I say “obvious” because it’s only apparent to you, the parent. Not the teen.

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Messiness, sleeping in the morning, late nights, and the ubiquitous disorderly fashion that dresses pretty much all teens’ actions are not a lack of maturity but the wiseness of best prioritizing skills available.

To a teenager, none of these tasks matters. If household cleaning matters to you and you’re doing it yourself, nothing is wrong with that. In fact, you’re lucky because you will have a clean home without the mental pressure of choring your life away. The problem ensues when, in a shared house, you expect others to maintain your neatness level. When not met, you let yourself be bothered by things that fall outside of how you want them to be.

By eliminating all these repetitive tasks that are never-ending and never satisfying, teens are left with so much more time to focus on what actually matters to them and perform those tasks at their own pace and optimal time in the day.

They are amazing at blocking out the unpleasant visuals that upset most adults and truly focus on what matters to them most. It is bliss, not a problem, that their brains can detach from the trivial constructs of societal and familial norms of neatness when there is simply not enough time to deal with all they are supposed to deal with.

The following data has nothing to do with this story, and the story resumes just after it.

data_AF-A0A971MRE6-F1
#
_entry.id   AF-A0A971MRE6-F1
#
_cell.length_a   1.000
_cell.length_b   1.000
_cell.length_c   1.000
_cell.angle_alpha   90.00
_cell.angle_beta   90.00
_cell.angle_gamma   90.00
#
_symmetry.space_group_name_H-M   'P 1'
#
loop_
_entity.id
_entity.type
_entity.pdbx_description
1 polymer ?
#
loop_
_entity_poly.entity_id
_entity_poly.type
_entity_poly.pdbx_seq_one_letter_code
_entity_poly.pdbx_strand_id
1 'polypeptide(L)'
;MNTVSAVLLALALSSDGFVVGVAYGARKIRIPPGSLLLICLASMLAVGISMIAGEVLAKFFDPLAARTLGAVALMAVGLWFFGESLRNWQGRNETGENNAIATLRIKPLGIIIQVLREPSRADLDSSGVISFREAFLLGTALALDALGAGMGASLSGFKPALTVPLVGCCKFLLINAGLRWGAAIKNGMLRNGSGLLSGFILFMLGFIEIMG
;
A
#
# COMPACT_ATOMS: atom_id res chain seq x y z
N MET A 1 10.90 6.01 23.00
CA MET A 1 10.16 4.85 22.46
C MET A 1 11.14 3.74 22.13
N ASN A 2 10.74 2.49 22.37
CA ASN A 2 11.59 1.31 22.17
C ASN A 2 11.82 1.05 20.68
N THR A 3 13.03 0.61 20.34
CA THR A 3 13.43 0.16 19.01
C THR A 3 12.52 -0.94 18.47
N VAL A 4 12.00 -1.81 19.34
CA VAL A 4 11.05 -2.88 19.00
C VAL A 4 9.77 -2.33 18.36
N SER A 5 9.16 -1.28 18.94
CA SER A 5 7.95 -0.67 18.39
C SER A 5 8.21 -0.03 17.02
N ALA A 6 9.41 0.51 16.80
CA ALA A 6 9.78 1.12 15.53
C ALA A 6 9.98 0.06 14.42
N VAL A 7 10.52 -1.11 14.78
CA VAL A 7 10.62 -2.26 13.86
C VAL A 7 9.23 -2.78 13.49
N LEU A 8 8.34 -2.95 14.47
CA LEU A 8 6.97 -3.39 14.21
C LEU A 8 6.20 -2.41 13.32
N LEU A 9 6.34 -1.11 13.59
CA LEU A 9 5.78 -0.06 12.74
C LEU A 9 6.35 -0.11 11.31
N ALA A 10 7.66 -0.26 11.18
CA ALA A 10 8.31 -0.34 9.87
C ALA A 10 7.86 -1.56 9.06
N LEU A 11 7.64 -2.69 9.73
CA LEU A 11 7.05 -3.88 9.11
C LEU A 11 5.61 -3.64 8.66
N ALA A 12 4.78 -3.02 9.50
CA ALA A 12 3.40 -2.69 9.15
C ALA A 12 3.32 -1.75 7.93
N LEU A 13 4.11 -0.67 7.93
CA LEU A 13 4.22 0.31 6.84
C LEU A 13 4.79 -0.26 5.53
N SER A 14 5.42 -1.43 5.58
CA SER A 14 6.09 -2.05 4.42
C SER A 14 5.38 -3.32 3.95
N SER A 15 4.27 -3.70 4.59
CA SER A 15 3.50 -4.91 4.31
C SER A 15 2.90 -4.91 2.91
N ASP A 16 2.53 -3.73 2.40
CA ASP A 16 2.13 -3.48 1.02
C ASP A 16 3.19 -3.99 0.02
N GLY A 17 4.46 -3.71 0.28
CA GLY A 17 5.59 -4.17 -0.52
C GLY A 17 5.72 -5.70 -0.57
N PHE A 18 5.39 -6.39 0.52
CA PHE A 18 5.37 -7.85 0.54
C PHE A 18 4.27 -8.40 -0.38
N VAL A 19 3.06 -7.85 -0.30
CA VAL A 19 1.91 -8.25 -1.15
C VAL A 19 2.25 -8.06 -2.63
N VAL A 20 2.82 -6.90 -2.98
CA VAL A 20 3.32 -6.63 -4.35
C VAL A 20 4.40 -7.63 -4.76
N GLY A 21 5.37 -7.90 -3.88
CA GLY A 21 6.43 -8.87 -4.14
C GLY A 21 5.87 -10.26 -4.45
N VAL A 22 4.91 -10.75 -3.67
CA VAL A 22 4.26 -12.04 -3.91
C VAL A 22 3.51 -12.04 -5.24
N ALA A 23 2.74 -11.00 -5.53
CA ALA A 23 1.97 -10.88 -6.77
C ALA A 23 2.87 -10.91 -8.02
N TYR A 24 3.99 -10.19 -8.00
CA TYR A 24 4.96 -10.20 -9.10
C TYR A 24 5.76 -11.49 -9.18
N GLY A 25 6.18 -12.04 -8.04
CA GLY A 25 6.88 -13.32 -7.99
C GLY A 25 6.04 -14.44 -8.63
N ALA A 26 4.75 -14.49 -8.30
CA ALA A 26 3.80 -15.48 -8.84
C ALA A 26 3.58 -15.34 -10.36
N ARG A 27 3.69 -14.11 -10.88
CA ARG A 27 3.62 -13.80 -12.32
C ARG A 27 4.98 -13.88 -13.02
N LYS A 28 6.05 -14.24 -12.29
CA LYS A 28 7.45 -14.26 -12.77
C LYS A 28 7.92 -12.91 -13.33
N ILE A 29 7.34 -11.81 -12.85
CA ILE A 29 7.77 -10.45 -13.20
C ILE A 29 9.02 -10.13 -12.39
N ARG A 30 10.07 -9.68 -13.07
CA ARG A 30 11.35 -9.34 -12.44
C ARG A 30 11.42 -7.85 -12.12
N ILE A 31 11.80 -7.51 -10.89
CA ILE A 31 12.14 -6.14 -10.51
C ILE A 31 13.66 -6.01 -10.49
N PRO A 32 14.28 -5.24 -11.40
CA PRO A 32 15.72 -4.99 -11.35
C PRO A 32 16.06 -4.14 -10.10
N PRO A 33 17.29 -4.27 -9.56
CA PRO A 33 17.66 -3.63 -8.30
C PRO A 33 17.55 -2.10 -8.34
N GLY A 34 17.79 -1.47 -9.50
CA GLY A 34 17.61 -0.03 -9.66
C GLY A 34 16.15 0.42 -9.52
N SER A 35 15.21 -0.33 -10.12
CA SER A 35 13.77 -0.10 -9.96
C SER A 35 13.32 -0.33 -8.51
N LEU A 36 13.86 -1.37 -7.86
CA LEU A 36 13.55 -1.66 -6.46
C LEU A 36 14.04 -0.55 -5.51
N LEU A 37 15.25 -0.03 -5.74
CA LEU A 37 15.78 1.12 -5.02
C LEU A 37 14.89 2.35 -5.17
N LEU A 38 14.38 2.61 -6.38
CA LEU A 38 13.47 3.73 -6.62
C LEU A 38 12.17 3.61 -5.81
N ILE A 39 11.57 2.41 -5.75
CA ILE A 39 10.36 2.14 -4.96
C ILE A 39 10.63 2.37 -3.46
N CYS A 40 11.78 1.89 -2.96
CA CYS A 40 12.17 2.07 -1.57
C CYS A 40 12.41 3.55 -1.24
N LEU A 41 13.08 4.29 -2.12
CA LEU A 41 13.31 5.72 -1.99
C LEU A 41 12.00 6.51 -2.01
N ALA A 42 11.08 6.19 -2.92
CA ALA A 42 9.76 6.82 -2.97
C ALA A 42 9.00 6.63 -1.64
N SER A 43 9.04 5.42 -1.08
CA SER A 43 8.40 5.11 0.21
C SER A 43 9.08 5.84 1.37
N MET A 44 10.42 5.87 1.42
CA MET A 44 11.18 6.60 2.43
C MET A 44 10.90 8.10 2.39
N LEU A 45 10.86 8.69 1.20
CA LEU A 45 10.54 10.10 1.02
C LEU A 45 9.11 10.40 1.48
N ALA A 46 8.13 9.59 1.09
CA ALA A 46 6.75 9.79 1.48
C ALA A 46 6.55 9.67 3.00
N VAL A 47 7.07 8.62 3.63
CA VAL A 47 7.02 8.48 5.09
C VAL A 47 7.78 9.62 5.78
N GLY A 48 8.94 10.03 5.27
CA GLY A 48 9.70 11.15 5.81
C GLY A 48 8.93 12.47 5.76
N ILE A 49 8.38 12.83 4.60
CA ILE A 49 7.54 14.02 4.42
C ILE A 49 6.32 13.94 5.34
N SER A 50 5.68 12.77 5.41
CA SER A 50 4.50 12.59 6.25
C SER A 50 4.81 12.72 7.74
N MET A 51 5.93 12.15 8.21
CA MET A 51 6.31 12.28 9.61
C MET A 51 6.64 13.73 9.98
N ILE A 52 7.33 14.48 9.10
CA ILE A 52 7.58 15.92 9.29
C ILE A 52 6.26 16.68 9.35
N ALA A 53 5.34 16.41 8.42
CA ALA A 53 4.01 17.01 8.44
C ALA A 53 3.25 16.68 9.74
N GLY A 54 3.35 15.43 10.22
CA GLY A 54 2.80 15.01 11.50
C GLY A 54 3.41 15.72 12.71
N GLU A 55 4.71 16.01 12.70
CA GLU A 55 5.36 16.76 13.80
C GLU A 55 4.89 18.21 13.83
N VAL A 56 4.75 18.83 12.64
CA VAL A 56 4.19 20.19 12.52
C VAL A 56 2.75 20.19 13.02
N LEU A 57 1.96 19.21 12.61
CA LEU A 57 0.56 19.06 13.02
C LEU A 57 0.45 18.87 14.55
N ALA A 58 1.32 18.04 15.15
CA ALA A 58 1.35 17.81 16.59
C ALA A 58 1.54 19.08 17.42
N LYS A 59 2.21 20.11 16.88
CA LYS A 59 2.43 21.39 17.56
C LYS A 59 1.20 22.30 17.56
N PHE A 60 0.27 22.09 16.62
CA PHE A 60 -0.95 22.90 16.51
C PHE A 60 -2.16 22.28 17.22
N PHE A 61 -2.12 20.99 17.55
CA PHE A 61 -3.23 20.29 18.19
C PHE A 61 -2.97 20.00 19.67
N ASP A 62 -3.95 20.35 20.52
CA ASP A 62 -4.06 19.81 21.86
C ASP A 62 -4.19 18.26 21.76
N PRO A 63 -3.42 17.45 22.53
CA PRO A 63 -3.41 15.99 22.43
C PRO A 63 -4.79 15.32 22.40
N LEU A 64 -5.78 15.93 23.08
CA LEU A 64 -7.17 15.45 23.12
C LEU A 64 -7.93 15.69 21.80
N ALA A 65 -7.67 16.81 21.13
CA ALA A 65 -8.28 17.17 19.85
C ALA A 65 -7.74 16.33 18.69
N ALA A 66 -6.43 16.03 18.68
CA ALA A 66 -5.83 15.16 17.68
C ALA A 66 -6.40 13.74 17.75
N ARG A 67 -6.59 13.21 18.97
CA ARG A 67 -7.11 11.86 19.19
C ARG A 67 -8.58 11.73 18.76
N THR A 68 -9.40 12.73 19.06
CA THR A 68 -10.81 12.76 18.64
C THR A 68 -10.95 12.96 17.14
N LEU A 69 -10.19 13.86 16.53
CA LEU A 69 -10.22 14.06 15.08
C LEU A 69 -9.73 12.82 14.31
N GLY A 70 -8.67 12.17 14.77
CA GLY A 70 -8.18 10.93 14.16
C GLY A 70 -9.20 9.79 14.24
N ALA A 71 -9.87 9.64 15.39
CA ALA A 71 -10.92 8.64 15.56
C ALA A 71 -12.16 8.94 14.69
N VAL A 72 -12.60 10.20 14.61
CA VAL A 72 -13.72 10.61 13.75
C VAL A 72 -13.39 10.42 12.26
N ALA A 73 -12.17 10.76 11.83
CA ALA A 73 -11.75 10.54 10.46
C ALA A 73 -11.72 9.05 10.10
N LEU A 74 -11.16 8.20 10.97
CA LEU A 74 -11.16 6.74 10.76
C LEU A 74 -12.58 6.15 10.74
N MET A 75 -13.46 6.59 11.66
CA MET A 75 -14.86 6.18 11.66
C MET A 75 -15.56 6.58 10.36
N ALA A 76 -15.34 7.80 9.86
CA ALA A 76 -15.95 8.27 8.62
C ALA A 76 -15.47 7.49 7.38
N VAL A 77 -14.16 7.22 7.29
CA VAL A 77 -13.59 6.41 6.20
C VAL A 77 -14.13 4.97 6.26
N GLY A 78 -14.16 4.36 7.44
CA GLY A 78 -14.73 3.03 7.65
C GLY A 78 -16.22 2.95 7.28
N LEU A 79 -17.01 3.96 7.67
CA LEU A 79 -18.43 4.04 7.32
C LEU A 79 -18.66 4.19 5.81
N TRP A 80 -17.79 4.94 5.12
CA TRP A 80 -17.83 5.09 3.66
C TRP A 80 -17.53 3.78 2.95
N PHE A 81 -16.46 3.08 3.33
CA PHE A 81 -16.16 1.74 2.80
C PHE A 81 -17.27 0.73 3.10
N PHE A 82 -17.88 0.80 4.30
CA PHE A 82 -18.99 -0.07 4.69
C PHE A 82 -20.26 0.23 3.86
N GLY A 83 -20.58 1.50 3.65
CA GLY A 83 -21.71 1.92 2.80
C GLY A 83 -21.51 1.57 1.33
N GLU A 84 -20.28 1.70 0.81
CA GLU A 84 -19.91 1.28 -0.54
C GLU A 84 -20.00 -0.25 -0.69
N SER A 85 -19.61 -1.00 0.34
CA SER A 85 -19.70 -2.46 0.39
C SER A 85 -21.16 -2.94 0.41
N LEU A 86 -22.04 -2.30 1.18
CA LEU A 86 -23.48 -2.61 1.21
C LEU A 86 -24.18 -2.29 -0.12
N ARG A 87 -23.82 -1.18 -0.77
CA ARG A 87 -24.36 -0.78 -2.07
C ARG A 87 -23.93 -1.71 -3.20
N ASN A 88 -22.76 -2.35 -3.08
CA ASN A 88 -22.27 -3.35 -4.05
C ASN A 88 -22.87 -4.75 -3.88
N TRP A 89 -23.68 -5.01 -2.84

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The high regard toward their interests makes these more valuable, cherished and worthy of immediate attention. On the other hand, adults treat teens’ interests and, sadly, sometimes their own, as frivolous and less critical, allowing duties to take precedent. Demographically speaking: dealing with responsibilities first, then with all else, is how most alive adults have been brought up, not questioning enough where this has or not merit and to what extent. While there is evidently benefit and truth to this, there is also a downplaying of the importance of personal development that some of these apparent frivolities offer. Many studies now show how the formative path of a sane and healthy adult that passes through marshes is often better than that of the one that does not.

As a parent, do yourself a favour: consider that your teenager’s behaviour may contain some advice for you, instead of all being construed as inadequate and ineffective and in need of your intervention. I’m not saying parents need to turn their own behaviour around, nor that they should not intervene. But, before any action is taken, at any time, for each instance, thought should be put into how and where you choose to adjust yourself to them or them to you. It should not always be a one-way street.

This article first appeared in My 2 cents on design
how to curate a better lifestyle through design
part of  Creativity \\ a DOCHIA FOCUS monthly lifestyle series

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Coming soon: Make time, what I’ve learned from my teenage daughter